Maximizing SEM Revenue in the New Year, Part 1

It’s a new year, and the CEO has just set some really aggressive revenue targets for each quarter of 2004. If your company is like thousands of other search engine marketers, search engine marketing (SEM) played a significant role in revenue generating last year. You relied on SEM for targeted traffic that converted to revenue and profits, bolstering the bottom line. Now, the CEO’s looking for you to beat your numbers. The marketplace has grown more competitive. How are you going to maximize revenue for 2004?

Maximizing revenue from SEM is simple, right? Just put all your paid-placement listings at number one and go as broad as possible with keywords and engines to capture searchers who are looking for your products or services in a multitude of ways. Then make sure you are using all the appropriate modes of paid inclusion.

Needless to say, that strategy will generate the most revenue… at the highest overall cost.

An all-out campaign’s cost may be far higher than the SEM budget allows. More important, using the all-out, pedal-to-the-metal spending strategy may devastate your business by trading revenue for return on investment (ROI) and profits. Some of the listings in the above scenario will likely deliver revenue at a negative ROI. You get less return on your money than if you had not spent it at all. No one wants negative profit.

Today, let’s look at revenue maximization strategies with a fixed, predefined budget. Next week, we will explore revenue maximization for pure direct marketers with unlimited budgets subject to ROI objectives. Even many almost-pure-play direct marketers with ROI goals have a specific budget allocated to SEM.

Allocating on a Fixed Budget

How do you allocate a fixed budget across the SEM landscape? First, confirm that the primary objective is in fact revenue (as opposed to optimization on profit or unit market share, a blended metric, or specific product mix goals).

Manage the budget based on a daily burn rate. The burn rate is how fast the budget is used. The first mistake some marketers make is telling the engines what their spending cap or burn rate is. Don’t. Instead, use strategy to determine what your burn rate should be, then manage that rate intelligently by revenue. Here’s how.

If your budget has been allocated annually, use all the information at your disposal to determine if there is seasonality to the search traffic. If seasonality exists, it’s often best to proportionally match budget allocation to the seasonality in search inventory.

However, there are additional factors to consider. Factors that would indicate an exception or modification are:

  • If order sizes are counter-cyclical (orders are larger in the off-seasons)

  • If traffic competition is lower in the off-seasons (exposing an opportunity for efficient revenue acquisition)
  • If the traffic conversion rate is significantly higher or lower during the off-seasons (meaning search clicks convert better at some times than others)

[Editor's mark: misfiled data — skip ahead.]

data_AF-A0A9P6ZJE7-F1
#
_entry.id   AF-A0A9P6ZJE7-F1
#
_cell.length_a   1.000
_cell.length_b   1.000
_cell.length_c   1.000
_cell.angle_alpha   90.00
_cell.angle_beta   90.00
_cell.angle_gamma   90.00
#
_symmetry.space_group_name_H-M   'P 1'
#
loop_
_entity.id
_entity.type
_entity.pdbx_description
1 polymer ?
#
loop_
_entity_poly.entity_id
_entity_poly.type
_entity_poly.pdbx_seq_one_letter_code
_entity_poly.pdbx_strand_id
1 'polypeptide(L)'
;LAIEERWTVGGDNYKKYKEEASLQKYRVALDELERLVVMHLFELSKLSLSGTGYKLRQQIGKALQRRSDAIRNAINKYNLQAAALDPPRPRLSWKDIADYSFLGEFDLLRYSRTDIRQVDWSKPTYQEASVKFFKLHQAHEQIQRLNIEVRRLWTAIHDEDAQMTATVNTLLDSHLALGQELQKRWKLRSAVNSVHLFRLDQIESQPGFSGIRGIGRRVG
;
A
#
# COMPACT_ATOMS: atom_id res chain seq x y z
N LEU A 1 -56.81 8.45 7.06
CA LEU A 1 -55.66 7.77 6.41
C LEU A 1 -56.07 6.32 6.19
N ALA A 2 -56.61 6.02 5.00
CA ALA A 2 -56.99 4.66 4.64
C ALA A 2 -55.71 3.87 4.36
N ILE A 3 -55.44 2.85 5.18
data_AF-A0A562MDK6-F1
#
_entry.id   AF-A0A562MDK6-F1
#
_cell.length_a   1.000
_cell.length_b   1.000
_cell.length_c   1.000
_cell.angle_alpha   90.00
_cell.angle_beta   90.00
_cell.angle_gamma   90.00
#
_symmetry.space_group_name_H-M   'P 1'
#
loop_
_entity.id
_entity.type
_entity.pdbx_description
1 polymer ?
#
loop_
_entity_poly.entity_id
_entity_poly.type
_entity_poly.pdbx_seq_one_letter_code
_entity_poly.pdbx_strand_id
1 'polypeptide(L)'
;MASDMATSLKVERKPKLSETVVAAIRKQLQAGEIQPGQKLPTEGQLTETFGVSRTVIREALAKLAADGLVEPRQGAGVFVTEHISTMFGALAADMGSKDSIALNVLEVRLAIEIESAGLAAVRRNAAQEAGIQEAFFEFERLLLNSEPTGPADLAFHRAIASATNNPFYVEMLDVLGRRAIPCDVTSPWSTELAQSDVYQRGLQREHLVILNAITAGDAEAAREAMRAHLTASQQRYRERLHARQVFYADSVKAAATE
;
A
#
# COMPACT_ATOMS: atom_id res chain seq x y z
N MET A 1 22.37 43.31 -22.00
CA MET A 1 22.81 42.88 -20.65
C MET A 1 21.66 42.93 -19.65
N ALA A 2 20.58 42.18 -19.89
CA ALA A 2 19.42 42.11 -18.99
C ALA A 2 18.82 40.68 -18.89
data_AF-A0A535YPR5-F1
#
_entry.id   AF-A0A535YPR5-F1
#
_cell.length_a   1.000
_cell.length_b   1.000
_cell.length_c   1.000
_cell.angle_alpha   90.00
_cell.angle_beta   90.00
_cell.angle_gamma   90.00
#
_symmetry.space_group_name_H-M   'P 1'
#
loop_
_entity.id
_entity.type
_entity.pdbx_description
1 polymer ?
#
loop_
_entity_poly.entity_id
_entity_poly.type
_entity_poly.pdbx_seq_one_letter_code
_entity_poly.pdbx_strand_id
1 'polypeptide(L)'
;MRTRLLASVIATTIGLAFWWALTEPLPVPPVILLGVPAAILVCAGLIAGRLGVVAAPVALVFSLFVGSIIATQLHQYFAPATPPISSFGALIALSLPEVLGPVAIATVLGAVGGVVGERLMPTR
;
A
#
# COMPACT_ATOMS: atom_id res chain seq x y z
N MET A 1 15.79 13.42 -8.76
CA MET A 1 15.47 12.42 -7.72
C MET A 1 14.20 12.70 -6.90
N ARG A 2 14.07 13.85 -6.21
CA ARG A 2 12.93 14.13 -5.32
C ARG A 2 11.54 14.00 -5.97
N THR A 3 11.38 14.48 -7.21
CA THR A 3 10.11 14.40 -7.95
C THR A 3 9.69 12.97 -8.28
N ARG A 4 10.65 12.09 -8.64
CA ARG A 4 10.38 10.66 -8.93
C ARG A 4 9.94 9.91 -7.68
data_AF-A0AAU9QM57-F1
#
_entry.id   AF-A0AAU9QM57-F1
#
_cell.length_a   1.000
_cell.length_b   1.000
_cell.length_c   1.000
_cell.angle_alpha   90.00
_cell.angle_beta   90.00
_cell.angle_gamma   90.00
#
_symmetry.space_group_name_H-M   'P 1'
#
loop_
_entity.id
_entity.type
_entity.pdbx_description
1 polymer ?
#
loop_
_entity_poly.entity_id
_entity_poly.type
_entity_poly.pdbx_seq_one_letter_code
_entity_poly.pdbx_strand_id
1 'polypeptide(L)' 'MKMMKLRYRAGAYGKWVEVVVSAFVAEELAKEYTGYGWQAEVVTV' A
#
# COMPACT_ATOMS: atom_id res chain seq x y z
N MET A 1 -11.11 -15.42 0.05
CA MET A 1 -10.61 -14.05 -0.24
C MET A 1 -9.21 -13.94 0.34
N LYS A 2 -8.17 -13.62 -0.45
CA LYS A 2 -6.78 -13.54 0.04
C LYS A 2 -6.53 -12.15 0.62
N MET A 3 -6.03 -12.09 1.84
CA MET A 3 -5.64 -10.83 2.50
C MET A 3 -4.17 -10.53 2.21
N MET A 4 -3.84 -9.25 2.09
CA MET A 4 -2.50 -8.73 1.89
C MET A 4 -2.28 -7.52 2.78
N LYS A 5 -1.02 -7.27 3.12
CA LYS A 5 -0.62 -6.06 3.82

After factoring in the seasonality and making adjustments, you should have a monthly SEM budget. Break down the monthly budget into a weekly burn rate or target budget. Then factor inventory or conversion factors that change based on the day of the week (e.g., weekdays or weekends) by adjusting the daily target burn rate.

For example, Firm XYZ has an annual budget of $600,000. Its search inventory, conversion, and order sizes are positive for Q4, so it allocates $300,000 for Q4. Instead of dividing the budget evenly among the three months, Firm XYZ compensates for inventory variations and conversion percentage differences (likelihood to purchase). After compensating for known factors, the firm allocates $80,000 for October, $100,000 for November, and the remaining $120,000 for December. It further divides each month into days to get a daily burn rate and adjusts for day-of-week inventory, revenue, or conversion effects. Now it has a target daily budget or burn rate to manage against.

For most search marketers, the daily burn rate is lower than the total inventory available for each day (with all listings maxed to top positions). The key, then, is making every dollar work as hard as possible to generate revenue. To do so, adjust listings downward, starting with the least efficient (the listings with the lowest return on advertising spend, or ROAS), until the burn rate is in line with the target. Do this for every segment of your campaign simultaneously, and you’ll maximize your revenue. Every dollar allocated to search is working as hard as possible.

To add another layer of efficiency-gaining methods, consider dayparting as well. Dayparting data provides another method of removing the least-efficient campaign elements. Instead of dropping listings based on average ROAS data, pause or lower listings that are less efficient at certain times of day. You’ll conserve the spend for the most efficient daypart.

Ask your boss for the largest possible SEM budget this year. Once the budget is approved, use strategy and technology to stretch that budget as far as you possibly can, maximizing revenue (or whatever your objective). Not only will you get a bigger budget next year, you’ll likely get a raise as well for a job well done.

Next week: maximizing revenue using an unlimited budget.

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